Published for the British Editorial Society of Bone & Joint Surgery by Churchill Livingstone
Journal of Bone and Joint Surgery. British Volume vol:91B issue:3 pages:344-350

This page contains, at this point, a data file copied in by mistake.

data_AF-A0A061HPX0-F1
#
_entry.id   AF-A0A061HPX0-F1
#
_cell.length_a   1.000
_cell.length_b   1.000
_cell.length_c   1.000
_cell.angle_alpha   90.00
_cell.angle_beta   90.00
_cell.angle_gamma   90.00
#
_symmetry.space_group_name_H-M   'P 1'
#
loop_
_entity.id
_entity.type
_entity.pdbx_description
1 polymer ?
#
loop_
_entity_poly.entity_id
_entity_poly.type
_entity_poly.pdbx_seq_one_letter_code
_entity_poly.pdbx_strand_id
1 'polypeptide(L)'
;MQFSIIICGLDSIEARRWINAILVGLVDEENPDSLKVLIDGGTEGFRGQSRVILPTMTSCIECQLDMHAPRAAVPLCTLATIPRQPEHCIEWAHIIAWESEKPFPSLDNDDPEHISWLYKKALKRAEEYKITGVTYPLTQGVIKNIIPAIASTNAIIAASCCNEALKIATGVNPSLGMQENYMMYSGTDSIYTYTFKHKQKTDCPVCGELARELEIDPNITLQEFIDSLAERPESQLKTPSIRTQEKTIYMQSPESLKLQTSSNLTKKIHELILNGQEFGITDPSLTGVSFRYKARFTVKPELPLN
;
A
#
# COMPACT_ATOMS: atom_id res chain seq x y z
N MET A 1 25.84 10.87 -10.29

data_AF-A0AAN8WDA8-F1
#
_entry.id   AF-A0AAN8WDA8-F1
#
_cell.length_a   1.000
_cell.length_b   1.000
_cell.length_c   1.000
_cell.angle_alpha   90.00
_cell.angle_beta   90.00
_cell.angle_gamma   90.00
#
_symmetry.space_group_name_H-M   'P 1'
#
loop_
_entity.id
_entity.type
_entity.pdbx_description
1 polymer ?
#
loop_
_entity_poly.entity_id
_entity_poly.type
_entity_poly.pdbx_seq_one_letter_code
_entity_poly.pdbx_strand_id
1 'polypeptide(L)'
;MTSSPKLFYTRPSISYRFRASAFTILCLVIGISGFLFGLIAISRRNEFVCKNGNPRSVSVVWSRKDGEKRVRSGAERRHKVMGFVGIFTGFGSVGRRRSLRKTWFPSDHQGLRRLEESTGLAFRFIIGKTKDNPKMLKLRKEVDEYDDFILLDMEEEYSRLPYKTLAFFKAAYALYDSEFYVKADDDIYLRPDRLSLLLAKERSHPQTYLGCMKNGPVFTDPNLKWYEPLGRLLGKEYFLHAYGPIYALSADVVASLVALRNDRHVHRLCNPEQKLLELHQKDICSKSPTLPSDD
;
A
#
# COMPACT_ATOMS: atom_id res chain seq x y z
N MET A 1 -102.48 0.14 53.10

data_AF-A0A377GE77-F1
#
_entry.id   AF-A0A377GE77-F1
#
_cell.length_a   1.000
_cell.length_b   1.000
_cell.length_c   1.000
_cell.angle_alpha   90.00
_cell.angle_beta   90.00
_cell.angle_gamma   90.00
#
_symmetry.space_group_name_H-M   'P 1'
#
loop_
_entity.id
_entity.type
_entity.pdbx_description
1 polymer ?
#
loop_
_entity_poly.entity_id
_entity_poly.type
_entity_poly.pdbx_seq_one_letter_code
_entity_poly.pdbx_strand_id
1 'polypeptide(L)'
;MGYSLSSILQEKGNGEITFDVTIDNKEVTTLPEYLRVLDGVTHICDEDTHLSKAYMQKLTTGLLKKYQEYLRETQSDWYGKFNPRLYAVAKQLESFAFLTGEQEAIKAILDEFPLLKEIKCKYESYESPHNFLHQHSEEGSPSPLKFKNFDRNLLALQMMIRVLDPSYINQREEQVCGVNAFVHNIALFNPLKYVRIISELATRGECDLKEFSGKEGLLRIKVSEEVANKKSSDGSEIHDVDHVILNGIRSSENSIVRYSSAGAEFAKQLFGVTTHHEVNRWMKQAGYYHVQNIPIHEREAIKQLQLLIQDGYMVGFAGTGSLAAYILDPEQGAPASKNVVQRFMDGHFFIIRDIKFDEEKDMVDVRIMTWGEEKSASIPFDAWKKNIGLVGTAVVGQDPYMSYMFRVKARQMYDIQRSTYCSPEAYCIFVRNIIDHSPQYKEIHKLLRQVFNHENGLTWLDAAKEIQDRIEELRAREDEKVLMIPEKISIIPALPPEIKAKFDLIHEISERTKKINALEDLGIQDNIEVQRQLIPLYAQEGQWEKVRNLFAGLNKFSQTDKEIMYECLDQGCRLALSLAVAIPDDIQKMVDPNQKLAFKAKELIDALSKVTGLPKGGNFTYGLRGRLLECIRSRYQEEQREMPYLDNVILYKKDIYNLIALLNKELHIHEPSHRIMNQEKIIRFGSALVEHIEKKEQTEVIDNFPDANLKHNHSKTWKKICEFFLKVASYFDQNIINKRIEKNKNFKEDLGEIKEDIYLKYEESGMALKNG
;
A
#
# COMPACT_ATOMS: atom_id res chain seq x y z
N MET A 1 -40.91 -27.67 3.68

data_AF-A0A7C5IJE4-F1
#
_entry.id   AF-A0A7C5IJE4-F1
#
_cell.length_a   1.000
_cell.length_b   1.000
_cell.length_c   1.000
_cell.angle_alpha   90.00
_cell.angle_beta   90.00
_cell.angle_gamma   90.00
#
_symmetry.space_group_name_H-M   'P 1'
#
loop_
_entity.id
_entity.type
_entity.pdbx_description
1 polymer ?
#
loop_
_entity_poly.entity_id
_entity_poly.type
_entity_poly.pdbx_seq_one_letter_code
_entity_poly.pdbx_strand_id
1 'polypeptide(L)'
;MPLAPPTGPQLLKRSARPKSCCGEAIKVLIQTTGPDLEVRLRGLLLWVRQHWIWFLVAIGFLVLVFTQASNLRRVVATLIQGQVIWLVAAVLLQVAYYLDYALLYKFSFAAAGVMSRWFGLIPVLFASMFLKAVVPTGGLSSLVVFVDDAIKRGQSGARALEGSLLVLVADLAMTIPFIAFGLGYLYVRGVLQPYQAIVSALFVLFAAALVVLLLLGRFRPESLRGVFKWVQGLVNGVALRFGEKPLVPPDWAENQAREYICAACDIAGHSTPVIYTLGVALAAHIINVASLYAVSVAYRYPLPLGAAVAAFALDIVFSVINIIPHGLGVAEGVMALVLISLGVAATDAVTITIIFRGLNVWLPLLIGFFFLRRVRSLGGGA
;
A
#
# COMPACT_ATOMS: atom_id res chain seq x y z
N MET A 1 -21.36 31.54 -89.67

The purpose of this study was to test the hypothesis that patella alta leads to a less favourable situation in terms of patellofemoral contact force, contact area and contact pressure than the normal patellar position, and thereby gives rise to anterior knee pain. A dynamic knee simulator system based on the Oxford rig and allowing six degrees of freedom was adapted in order to simulate and record the dynamic loads during a knee squat from 30 degrees to 120 degrees flexion under physiological conditions. Five different configurations were studied, with variable predetermined patellar heights. The patellofemoral contact force increased with increasing knee flexion until contact occurred between the quadriceps tendon and the femoral trochlea, inducing load sharing. Patella alta caused a delay of this contact until deeper flexion. As a consequence, the maximal patellofemoral contact force and contact pressure increased significantly with increasing patellar height (p < 0.01). Patella alta was associated with the highest maximal patellofemoral contact force and contact pressure. When averaged across all flexion angles, a normal patellar position was associated with the lowest contact pressures. Our results indicate that there is a biomechanical reason for anterior knee pain in patients with patella alta.